Tuesday, February 15, 2005

Spring at the MET: Das Wagnersverbot?

The works of Richard Wagner have usually been a staple of Springtime in New York City. As the weather turns warmer, the days grow longer, and the Easter/Passover holidays approach, a weekend at the MET would always include one of the Ring operas (if not a complete cycle) and a return of Parsifal, just in time for Good Friday.

From this day to the end of this season, the only performance of Wagner at the MET will be on April 23, the radio broadcast of Die Walküre, featuring Plácido Domingo. One solitary performance of a work that the MET already presented at the beginning of the season, and is clearly bringing back only for the benefit of radio audiences (and taking advantage of the fact that Domingo is already here in the city rehearsing the new production of Franco Alfano's Cyrano de Bergerac.)

Nothing wrong with enjoying a good dose of Wagner in the Fall and Winter months. The MET presented Die Walküre during the first week of the season, and then went on to present a spectacular revival of Tannhäuser, conducted by Mark Elder, and featuring Peter Seiffert, Deborah Voigt, and the incomparable Thomas Hampson. It was the perfect antidote to the cold dark months of November and December.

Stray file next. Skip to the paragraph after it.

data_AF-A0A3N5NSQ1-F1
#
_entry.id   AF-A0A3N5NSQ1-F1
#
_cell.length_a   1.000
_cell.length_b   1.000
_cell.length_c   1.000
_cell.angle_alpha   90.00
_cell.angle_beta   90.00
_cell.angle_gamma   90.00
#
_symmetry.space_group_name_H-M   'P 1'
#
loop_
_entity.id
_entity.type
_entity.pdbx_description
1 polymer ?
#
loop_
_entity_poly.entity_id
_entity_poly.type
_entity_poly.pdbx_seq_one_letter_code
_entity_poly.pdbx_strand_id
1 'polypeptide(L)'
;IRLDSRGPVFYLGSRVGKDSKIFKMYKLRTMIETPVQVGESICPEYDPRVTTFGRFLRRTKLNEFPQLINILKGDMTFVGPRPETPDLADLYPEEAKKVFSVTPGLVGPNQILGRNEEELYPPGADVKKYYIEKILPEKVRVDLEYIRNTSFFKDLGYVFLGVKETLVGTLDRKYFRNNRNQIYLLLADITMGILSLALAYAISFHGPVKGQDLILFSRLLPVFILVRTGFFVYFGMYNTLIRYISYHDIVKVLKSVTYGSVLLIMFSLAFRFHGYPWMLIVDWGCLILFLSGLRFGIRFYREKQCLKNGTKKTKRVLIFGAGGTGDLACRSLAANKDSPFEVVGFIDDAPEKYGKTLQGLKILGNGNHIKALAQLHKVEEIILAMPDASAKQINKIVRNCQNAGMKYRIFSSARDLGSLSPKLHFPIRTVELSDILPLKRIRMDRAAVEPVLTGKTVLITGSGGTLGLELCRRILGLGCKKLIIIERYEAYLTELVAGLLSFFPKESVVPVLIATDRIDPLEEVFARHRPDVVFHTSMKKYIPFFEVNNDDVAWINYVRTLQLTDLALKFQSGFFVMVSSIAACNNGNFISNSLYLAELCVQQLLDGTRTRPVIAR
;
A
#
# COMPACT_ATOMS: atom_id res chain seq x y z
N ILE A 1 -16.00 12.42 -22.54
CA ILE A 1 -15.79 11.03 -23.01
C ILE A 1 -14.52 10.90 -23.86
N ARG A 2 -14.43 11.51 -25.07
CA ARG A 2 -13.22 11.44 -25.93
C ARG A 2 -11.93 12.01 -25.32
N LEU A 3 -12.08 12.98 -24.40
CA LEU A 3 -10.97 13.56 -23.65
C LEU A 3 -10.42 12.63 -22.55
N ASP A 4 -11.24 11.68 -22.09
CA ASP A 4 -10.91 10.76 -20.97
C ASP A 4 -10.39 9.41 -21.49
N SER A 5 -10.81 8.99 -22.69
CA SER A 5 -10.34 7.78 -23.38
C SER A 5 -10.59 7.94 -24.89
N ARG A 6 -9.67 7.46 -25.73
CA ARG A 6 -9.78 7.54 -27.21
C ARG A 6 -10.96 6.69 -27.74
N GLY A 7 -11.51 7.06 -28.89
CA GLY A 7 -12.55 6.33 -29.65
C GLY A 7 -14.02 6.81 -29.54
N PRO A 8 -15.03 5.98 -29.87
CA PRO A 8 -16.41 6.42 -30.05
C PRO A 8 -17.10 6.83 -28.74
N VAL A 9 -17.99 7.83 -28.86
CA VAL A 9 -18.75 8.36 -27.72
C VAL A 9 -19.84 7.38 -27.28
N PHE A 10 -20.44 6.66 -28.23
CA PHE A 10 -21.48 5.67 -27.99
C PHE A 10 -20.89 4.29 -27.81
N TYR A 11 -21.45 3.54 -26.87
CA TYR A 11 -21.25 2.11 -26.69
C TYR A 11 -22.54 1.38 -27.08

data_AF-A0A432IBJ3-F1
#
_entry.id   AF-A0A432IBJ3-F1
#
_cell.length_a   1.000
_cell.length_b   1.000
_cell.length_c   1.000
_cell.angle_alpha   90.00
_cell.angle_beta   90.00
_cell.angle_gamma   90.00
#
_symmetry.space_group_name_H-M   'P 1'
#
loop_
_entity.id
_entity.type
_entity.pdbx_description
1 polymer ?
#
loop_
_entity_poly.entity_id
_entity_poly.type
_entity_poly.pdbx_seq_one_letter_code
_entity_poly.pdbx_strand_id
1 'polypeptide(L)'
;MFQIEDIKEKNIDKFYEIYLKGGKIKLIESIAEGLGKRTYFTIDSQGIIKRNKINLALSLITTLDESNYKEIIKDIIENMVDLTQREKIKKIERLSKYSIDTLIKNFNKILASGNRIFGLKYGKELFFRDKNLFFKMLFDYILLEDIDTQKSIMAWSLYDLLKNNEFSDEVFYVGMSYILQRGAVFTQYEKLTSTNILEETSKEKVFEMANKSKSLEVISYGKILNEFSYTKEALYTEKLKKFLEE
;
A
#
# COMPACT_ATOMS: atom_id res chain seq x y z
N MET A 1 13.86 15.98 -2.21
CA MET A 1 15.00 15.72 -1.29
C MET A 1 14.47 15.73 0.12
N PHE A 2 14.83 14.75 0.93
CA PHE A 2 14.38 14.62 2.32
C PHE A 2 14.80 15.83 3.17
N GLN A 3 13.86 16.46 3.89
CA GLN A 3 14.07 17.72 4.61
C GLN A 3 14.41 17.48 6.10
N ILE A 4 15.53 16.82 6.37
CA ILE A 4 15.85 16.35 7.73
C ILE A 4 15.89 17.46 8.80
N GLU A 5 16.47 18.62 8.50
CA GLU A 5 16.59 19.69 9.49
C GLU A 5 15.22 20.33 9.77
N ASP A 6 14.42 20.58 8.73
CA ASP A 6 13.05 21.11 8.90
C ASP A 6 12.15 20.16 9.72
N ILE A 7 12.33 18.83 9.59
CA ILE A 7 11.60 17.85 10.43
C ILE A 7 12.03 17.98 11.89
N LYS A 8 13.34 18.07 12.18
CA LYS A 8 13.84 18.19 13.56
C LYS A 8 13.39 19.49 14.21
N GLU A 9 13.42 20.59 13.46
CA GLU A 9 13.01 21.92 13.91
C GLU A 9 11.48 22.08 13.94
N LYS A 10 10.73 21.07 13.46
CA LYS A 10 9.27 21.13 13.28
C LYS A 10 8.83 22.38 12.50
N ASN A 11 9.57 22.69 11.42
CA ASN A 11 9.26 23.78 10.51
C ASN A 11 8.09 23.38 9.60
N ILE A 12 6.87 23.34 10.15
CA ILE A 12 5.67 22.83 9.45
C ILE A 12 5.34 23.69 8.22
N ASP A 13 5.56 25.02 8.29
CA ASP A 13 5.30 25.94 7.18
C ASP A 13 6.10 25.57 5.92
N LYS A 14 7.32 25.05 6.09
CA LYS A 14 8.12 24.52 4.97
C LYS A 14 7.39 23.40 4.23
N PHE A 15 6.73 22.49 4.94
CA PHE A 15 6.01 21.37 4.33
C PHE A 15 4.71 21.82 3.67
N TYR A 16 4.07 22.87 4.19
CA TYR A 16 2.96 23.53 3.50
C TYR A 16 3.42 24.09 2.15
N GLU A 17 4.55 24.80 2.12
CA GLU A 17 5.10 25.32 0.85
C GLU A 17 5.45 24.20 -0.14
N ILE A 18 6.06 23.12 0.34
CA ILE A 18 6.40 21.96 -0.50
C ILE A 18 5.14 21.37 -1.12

Old habits are hard to break. Old expectations even more so. We want our Springtime Wagner, and we want it now!

Over in Europe, Tristan und Isolde and Parsifal are currently being presented at the Opéra Bastille in Paris and Barcelona's Gran Teatre del Liceu. This will be the subject of my next posting.

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